As Gold Breaks New Frontier, Silver’s Believers Face New Dare
It’s hard for me to look away from , with at one of its most defining moments ever between landmark production cuts or a deeper price crash. Yet there are 30 other commodities in Investing.com’s universe of raw materials, and I’d be failing as a sectoral analyst if I didn’t point to those on a breakout or deserving of your attention.
So today, my colleague Ellen R. Wald will bring you her incisive on oil while I dive into the world of precious metals, precisely silver.
A lot has happened to silver since a host of forecasters projected highs of $16-$22 an ounce in 2020. Unfortunately, much of what happened was in the reverse to what they called.
As the coronavirus crisis led to a liquidity crunch across markets, gold’s safe-haven status took on a different meaning, with investors turning the value they had built over time in the yellow metal into cash to cover losses in their equity and other portfolios. Silver got caught in that downdraft too.
From 11-Year Low To 3rd Straight Winning Week Now
Silver futures on New York’s COMEX struck an 11-year low of $11.74 on March 18. Prior to that, the white metal’s low was $10.37, reached in January 2009.
But now, silver is headed for a third straight week of gains, albeit with some volatility.
At the time of writing, COMEX’s delivery was down just over 1% at $15.35. But on the week, it was up 5.4%, extending the cumulative gain of nearly 18% over two previous weeks since its March 20 settlement of $12.35.
To Todd “Bubba” Horwitz, chief market strategist at BubbaTrading.com, silver was at the pinnacle of a breakout that could add another $2 or more to its May COMEX contract.
“Silver has a solid rally,” Horwitz said. “There is a chance that $16 is next and it can continue.”
Could Silver Get To $18?
May silver got to as high as $15.92 on Monday, prompting Horwitz to think it was has “real chance to test $18”.
But some are more cautious about silver’s upside, saying it had potential for more gains but in a path fraught with volatility.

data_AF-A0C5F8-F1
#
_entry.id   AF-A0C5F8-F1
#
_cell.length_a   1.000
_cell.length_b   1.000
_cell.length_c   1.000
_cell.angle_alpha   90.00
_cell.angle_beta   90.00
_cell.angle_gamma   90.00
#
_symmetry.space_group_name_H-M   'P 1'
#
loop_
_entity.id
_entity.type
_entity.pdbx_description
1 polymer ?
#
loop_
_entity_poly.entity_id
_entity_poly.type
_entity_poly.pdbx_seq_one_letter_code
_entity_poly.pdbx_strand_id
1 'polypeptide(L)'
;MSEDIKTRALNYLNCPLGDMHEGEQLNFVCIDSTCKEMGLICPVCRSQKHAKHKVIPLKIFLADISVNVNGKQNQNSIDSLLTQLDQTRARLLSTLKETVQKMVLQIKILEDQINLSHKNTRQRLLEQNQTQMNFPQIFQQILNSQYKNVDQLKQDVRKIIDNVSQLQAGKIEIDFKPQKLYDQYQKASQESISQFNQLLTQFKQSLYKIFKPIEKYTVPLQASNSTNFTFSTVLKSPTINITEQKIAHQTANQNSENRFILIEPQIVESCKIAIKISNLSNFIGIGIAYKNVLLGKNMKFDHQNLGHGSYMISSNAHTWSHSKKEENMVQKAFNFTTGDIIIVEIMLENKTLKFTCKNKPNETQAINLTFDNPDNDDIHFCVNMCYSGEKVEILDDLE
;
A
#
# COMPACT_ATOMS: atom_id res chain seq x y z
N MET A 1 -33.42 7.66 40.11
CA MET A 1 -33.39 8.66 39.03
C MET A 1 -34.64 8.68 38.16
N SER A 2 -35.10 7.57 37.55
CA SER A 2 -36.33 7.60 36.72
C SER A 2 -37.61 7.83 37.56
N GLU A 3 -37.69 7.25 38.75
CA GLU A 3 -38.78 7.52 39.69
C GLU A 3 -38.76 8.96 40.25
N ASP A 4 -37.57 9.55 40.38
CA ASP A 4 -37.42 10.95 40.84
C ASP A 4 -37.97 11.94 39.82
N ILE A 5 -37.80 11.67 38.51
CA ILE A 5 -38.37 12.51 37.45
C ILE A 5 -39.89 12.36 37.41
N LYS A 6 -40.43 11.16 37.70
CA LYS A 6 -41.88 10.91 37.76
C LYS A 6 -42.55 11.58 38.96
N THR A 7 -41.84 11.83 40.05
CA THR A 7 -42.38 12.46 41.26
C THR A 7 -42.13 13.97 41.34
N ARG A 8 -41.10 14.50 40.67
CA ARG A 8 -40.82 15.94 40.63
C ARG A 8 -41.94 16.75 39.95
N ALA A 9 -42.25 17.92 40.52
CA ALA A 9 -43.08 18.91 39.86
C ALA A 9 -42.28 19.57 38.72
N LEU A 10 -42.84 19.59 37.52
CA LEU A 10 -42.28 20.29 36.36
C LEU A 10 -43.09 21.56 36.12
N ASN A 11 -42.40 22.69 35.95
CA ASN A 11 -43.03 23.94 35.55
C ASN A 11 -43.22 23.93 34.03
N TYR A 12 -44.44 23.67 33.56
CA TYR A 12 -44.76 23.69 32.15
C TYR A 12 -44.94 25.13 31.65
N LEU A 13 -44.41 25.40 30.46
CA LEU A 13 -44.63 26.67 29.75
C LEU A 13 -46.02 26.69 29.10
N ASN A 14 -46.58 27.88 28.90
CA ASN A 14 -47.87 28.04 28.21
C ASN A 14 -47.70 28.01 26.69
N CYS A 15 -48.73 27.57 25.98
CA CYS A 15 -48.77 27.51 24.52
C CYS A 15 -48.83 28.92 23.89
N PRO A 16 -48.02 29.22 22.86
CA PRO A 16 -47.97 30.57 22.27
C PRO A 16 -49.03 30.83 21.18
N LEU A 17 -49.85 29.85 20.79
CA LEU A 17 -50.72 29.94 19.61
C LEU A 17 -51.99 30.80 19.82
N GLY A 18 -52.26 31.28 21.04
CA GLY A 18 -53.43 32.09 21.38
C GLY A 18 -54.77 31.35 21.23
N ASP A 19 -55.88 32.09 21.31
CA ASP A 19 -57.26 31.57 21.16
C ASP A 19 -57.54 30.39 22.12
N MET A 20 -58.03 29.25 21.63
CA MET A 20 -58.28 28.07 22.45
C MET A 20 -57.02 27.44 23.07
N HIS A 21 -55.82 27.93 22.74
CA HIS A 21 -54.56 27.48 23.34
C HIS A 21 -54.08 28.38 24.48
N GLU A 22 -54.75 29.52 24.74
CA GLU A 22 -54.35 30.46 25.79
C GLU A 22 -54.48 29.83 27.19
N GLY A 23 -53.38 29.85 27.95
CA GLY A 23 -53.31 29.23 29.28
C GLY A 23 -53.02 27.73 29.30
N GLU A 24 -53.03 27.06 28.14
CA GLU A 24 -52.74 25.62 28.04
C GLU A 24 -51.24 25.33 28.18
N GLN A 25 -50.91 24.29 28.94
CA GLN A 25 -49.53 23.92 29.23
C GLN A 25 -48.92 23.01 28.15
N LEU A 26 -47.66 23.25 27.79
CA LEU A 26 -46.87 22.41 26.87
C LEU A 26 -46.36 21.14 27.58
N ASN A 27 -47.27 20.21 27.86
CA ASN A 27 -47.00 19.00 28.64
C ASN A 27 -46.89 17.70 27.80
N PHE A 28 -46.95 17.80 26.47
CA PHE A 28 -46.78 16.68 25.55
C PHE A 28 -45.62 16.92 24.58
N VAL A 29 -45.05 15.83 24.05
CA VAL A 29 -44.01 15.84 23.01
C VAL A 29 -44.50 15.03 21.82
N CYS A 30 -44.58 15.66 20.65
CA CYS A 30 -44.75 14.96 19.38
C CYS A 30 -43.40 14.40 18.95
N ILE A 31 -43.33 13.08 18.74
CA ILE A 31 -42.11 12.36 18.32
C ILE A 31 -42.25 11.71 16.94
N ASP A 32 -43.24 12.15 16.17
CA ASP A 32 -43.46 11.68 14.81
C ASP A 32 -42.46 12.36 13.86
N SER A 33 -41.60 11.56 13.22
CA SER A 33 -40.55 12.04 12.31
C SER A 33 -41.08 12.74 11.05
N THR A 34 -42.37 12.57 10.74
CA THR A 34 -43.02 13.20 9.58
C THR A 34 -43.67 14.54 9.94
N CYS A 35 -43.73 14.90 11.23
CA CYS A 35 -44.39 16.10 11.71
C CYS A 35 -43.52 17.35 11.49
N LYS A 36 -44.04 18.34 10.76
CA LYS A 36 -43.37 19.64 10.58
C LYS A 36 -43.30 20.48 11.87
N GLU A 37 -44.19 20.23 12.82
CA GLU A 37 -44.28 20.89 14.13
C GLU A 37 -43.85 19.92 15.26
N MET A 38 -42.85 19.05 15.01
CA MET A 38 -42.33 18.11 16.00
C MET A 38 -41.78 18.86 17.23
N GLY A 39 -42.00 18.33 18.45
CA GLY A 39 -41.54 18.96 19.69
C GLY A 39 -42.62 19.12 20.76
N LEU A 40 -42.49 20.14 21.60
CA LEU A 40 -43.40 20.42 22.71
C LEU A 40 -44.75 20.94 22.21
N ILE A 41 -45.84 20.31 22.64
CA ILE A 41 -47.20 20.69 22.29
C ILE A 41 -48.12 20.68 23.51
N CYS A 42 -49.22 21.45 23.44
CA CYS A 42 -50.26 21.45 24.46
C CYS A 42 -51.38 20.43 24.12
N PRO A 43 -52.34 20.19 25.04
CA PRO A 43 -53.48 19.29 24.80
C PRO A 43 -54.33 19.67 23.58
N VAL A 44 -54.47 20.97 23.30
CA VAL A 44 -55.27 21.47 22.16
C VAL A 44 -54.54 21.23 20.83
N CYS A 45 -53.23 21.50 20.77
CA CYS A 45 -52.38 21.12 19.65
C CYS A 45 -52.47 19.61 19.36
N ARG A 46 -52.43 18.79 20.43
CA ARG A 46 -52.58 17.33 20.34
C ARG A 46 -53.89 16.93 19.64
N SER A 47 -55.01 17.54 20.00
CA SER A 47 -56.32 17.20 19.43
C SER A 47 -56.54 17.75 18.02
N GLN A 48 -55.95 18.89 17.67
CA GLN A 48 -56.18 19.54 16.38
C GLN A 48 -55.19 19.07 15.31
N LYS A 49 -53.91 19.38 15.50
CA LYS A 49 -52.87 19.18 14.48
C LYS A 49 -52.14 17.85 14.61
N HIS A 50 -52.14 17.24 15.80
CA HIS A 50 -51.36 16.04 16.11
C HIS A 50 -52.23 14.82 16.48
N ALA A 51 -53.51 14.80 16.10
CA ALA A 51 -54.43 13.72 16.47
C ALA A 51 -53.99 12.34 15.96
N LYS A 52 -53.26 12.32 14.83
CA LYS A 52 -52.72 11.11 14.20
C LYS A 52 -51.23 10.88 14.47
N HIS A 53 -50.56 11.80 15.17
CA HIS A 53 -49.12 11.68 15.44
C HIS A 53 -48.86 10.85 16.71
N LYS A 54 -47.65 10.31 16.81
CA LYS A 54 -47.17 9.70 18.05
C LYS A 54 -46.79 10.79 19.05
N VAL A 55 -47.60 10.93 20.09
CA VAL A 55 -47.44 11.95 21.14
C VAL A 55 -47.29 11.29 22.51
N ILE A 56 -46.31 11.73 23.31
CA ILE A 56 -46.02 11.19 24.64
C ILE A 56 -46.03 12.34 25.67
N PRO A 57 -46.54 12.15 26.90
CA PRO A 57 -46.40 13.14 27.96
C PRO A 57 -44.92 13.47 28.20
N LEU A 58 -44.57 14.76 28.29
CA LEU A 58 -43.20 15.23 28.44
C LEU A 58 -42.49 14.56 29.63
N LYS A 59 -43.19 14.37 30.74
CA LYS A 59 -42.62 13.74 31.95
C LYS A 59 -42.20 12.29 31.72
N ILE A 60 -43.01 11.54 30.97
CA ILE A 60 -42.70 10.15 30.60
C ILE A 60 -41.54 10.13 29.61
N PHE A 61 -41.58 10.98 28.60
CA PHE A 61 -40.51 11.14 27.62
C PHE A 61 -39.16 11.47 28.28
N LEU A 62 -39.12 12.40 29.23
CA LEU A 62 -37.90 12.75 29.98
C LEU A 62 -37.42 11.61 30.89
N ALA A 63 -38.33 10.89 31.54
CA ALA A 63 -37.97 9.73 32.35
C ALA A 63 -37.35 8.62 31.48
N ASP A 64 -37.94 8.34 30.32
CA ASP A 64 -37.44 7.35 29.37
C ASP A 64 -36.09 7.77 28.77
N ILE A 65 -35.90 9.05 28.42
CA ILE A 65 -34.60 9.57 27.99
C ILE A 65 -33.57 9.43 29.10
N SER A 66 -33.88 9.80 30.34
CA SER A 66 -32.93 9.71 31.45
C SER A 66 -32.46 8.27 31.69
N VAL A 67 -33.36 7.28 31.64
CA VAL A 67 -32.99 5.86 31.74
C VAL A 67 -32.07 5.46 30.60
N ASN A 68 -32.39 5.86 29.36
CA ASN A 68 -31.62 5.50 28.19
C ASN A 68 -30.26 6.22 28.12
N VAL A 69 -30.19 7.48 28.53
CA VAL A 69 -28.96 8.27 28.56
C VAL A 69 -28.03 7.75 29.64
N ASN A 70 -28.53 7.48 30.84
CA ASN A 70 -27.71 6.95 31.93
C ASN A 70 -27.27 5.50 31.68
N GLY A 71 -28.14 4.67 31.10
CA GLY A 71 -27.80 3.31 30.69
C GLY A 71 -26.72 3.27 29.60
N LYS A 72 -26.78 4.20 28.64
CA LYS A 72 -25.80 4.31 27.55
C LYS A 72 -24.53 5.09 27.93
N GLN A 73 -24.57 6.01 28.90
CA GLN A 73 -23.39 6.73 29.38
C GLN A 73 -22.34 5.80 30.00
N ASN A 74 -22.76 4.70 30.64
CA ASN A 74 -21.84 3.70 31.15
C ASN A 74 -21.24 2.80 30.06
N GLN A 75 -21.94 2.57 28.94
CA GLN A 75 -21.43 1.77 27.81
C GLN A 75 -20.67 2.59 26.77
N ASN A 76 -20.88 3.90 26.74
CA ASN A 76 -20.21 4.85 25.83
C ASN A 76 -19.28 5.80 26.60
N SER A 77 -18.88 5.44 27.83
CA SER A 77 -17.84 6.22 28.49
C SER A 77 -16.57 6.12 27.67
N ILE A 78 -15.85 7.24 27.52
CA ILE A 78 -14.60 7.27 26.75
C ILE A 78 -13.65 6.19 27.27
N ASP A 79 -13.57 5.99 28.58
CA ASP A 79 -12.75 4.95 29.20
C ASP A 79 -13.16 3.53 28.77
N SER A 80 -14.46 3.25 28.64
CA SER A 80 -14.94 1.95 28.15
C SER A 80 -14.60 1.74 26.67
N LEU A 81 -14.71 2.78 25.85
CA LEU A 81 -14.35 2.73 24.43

“After the gold/silver ratio hit a staggering high in March, silver has started April well, relative to gold,” said Eli Tesfaye, senior market strategist for precious metals at RJO Futures in Chicago.
COMEX hit 2012 highs of $1,742.20 an ounce Tuesday, before settling at $1,664.80. The gold/silver ratio stands at 108:1 with that settlement.
Tesfaye said like most metals, silver was caught in the middle of a demand/recession cycle anticipated over the next two quarters from the coronavirus crisis.
Silver’s status as an industrial metal particularly made it vulnerable to any economic slowdown, and the Covid-19 recession could be one of the worst ever, analysts say. Used in jewellery and silver tableware, the white metal is also integral in the making of mirrors; dental, solder and brazing alloys; and electrical contacts and batteries.
And while it may be struggling to get beyond $16 now, silver has seen better times where it has traded more than three times current prices.
Futures of the metal topped a three-decade high of $49.52 in April 2011.
The all-time peak for COMEX silver was $50.30 in January 1980. That would be worth $158 today, inflation-adjusted.
Will It Be Sideways Action Instead, And Not A Continued Rally?
Tesfaye said he didn’t anticipate a huge run-up in silver now, although he expected some technical levels to trigger an extended short term rally.
On the other hand, a shift in global recession sentiment could trigger another wave of selling that could pressure the metal below $12, Tesfaye commented, adding:
“Silver will be in sideways price action for the most part.”
“In my view, the sooner we can get a resolution or phase type of return to work for most sectors, the sooner you see the price of silver stabilizing” and the outcome would depend much on how the United States dealt with the Covid-19 pandemic, he said.